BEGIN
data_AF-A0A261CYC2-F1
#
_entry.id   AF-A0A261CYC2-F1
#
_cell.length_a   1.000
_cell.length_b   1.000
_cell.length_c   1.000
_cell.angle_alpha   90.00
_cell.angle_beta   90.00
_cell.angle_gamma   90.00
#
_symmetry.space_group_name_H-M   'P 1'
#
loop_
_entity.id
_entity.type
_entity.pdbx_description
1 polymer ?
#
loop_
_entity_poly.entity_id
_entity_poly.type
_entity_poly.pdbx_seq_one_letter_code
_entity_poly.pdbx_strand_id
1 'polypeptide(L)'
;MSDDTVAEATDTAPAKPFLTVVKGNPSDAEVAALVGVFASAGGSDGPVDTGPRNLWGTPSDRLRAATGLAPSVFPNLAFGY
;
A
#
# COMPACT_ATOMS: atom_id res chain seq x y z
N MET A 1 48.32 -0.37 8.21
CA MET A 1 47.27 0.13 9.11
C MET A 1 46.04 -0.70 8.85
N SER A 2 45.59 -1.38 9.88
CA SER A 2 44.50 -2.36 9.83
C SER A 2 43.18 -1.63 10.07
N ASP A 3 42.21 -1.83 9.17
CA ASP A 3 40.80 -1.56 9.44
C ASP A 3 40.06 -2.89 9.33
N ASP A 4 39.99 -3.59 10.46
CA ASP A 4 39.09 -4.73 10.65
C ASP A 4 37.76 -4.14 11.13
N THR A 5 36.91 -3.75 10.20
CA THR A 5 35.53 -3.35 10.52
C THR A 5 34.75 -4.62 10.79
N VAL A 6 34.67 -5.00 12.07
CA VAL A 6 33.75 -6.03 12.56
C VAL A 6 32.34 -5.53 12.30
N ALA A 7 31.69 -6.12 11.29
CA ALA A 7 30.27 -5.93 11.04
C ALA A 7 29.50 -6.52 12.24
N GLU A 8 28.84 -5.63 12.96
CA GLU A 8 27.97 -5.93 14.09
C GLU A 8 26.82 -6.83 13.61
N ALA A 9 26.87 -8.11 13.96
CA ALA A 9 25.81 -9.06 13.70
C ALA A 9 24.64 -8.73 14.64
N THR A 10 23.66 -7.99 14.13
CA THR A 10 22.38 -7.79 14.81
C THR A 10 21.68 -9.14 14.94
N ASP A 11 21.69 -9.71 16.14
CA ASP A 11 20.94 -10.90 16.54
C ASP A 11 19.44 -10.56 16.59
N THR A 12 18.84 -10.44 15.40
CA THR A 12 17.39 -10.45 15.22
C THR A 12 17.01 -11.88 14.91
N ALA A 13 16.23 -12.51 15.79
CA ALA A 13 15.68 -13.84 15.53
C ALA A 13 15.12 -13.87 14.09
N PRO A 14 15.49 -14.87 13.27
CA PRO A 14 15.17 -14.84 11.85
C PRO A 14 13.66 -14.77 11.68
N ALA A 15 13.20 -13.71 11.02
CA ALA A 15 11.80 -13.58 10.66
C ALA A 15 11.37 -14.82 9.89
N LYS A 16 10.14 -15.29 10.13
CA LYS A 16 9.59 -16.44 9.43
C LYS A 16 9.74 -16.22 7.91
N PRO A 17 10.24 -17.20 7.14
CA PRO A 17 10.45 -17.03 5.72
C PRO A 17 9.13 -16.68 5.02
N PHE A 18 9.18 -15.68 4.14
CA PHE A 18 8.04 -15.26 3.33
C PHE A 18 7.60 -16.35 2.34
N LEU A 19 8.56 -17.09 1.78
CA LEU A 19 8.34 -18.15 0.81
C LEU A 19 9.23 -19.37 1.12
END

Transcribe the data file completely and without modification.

data_AF-A0A261CYC2-F1
#
_entry.id   AF-A0A261CYC2-F1
#
_cell.length_a   1.000
_cell.length_b   1.000
_cell.length_c   1.000
_cell.angle_alpha   90.00
_cell.angle_beta   90.00
_cell.angle_gamma   90.00
#
_symmetry.space_group_name_H-M   'P 1'
#
loop_
_entity.id
_entity.type
_entity.pdbx_description
1 polymer ?
#
loop_
_entity_poly.entity_id
_entity_poly.type
_entity_poly.pdbx_seq_one_letter_code
_entity_poly.pdbx_strand_id
1 'polypeptide(L)'
;MSDDTVAEATDTAPAKPFLTVVKGNPSDAEVAALVGVFASAGGSDGPVDTGPRNLWGTPSDRLRAATGLAPSVFPNLAFGY
;
A
#
# COMPACT_ATOMS: atom_id res chain seq x y z
N MET A 1 48.32 -0.37 8.21
CA MET A 1 47.27 0.13 9.11
C MET A 1 46.04 -0.70 8.85
N SER A 2 45.59 -1.38 9.88
CA SER A 2 44.50 -2.36 9.83
C SER A 2 43.18 -1.63 10.07
N ASP A 3 42.21 -1.83 9.17
CA ASP A 3 40.80 -1.56 9.44
C ASP A 3 40.06 -2.89 9.33
N ASP A 4 39.99 -3.59 10.46
CA ASP A 4 39.09 -4.73 10.65
C ASP A 4 37.76 -4.14 11.13
N THR A 5 36.91 -3.75 10.20
CA THR A 5 35.53 -3.35 10.52
C THR A 5 34.75 -4.62 10.79
N VAL A 6 34.67 -5.00 12.07
CA VAL A 6 33.75 -6.03 12.56
C VAL A 6 32.34 -5.53 12.30
N ALA A 7 31.69 -6.12 11.29
CA ALA A 7 30.27 -5.93 11.04
C ALA A 7 29.50 -6.52 12.24
N GLU A 8 28.84 -5.63 12.96
CA GLU A 8 27.97 -5.93 14.09
C GLU A 8 26.82 -6.83 13.61
N ALA A 9 26.87 -8.11 13.96
CA ALA A 9 25.81 -9.06 13.70
C ALA A 9 24.64 -8.73 14.64
N THR A 10 23.66 -7.99 14.13
CA THR A 10 22.38 -7.79 14.81
C THR A 10 21.68 -9.14 14.94
N ASP A 11 21.69 -9.71 16.14
CA ASP A 11 20.94 -10.90 16.54
C ASP A 11 19.44 -10.56 16.59
N THR A 12 18.84 -10.44 15.40
CA THR A 12 17.39 -10.45 15.22
C THR A 12 17.01 -11.88 14.91
N ALA A 13 16.23 -12.51 15.79
CA ALA A 13 15.68 -13.84 15.53
C ALA A 13 15.12 -13.87 14.09
N PRO A 14 15.49 -14.87 13.27
CA PRO A 14 15.17 -14.84 11.85
C PRO A 14 13.66 -14.77 11.68
N ALA A 15 13.20 -13.71 11.02
CA ALA A 15 11.80 -13.58 10.66
C ALA A 15 11.37 -14.82 9.89
N LYS A 16 10.14 -15.29 10.13
CA LYS A 16 9.59 -16.44 9.43
C LYS A 16 9.74 -16.22 7.91
N PRO A 17 10.24 -17.20 7.14
CA PRO A 17 10.45 -17.03 5.72
C PRO A 17 9.13 -16.68 5.02
N PHE A 18 9.18 -15.68 4.14
CA PHE A 18 8.04 -15.26 3.33
C PHE A 18 7.60 -16.35 2.34
N LEU A 19 8.56 -17.09 1.78
CA LEU A 19 8.34 -18.15 0.81
C LEU A 19 9.23 -19.37 1.12